climate change protestors
Yesterday, a group of senior women from Switzerland won what is being called a "landmark" human rights case concerning "Climate Change".

At a hearing in Strasbourg, the European Court of Human Rights found the government of Switzerland had violated the women's human rights by "failing to do enough" to combat the alleged effect of 'man-made climate change'.

Calling it a "decision that will set a precedent for future climate lawsuits", Reuters reports:
The European Court of Human Rights' ruling, in favour of the more than 2,000 Swiss women who brought the case, is expected to resonate in court decisions across Europe and beyond [...] The Swiss women, known as KlimaSeniorinnen and aged over 64, said their government's climate inaction put them at risk of dying during heatwaves. They argued their age and gender made them particularly vulnerable to such climate change impacts.
The report goes on to add [emphasis mine]:
The verdict in the Swiss case, which cannot be appealed, will have international ripple effects, most directly by establishing a binding legal precedent for all 46 countries that are signatories to the European Convention on Human Rights
This case is far from an isolated example. It's part of an ongoing and widespread legal campaign to associate human rights with the spurious climate change agenda.

Famously, a group of Portuguese teens have been attempting to sue 32 countries for years (it used to be 33, but they dropped Ukraine from the list of defendants when it became expedient to do so).

It seems likely neither the Portuguese teens nor the Swiss seniors represent genuine grassroots activism. They are heavily backed by corporate-supported NGOs like Avaaz, the Climate Litigation Network and others. And this tells its own story.

In Strasbourg, the ECHR is already hearing six further "climate change vs human rights" cases (not including the Portuguese teens case which was recently rejected on a technicality).

Other countries from Brazil to South Korea to Australia have similar cases in front of their national courts.

Just last week the Indian Supreme Court found that Indian citizens have a ''right to be free from the adverse effects of climate change', a truly bizarre finding that seems dangerously vague.

Those are just the current cases, with this decision in Strasbourg we can likely expect an avalanche of new ones, as Reuters observes, it will "embolden more communities to bring climate cases against governments."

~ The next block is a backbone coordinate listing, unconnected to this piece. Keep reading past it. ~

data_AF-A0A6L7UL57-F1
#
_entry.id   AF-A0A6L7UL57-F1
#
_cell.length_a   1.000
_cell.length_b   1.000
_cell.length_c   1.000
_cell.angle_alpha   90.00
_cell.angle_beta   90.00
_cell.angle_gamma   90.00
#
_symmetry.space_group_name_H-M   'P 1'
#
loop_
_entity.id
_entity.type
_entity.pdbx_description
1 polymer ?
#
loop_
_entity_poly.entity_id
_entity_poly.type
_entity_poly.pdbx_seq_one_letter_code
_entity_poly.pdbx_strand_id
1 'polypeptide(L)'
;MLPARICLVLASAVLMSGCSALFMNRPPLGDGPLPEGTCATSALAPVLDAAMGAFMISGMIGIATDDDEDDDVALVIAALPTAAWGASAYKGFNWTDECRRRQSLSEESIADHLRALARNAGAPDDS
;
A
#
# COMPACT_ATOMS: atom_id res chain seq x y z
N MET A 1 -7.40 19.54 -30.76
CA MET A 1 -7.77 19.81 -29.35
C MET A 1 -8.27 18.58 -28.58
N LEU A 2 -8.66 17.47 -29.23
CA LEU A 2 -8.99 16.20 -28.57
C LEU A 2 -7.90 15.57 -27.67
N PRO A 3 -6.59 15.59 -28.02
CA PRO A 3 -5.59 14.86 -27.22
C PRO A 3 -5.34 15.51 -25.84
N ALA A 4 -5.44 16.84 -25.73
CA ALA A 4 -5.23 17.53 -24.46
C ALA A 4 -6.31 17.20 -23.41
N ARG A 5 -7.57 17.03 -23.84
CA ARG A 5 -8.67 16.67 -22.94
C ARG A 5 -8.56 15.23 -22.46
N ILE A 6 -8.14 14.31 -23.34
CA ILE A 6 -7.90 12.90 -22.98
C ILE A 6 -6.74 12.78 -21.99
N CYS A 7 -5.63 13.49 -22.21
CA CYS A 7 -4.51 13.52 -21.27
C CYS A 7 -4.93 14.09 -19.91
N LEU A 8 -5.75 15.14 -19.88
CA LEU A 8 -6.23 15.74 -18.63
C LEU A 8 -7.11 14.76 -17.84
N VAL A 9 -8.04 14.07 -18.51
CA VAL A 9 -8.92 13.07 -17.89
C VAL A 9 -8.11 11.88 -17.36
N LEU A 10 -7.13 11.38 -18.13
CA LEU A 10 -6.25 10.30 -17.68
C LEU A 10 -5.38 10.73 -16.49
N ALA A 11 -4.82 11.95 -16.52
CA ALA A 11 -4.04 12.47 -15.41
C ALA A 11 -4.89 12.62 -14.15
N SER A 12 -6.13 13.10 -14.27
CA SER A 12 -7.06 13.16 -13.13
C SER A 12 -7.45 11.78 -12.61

It's not hard to see the purpose of this legal campaign.

Generally, supra-national courts handing down legal decisions impacting multiple countries is a way of creating quasi-global legislation in all but name.

For example, as Reuters notes, this single court case representing just 2000 people from one small country effectively forced the creation of a "binding legal precedent" in all 46 signatories of the ECHR, with a combined population of over 700 million people.

More specifically, by tying climate change to human rights governments can justify enforcing increasingly strict climate change policies, while simultaneously making it appear that the judiciary are forcing their hand.

Now they can effectively claim "You've got to switch to an electric car, or you're infringing other people's human rights", but also, "don't blame us our hands are tied by judges".

It also enables a propaganda campaign of escalating divisive language, mirroring the vaccinated vs unvaccinated messaging during the "pandemic".

Remember how we were told, "the unvaccinated are filling ICUs and making another lockdown more likely"? Well, in the future, that will become "climate change deniers are violating your human rights by refusing to use a smart meter".

Perhaps the most concerning aspect of this case is this phrase, repeated everywhere [emphasis added]:
Human rights violated by Swiss inaction on climate
Previously, rights violations have been generally considered active rather than passive. The idea you can violate someone's rights through "inaction" sets the precedent that courts can - and should - compel action to "protect" the rights of others.

A very slippery slope. After all, if states and governments can be compelled to act, so can individuals.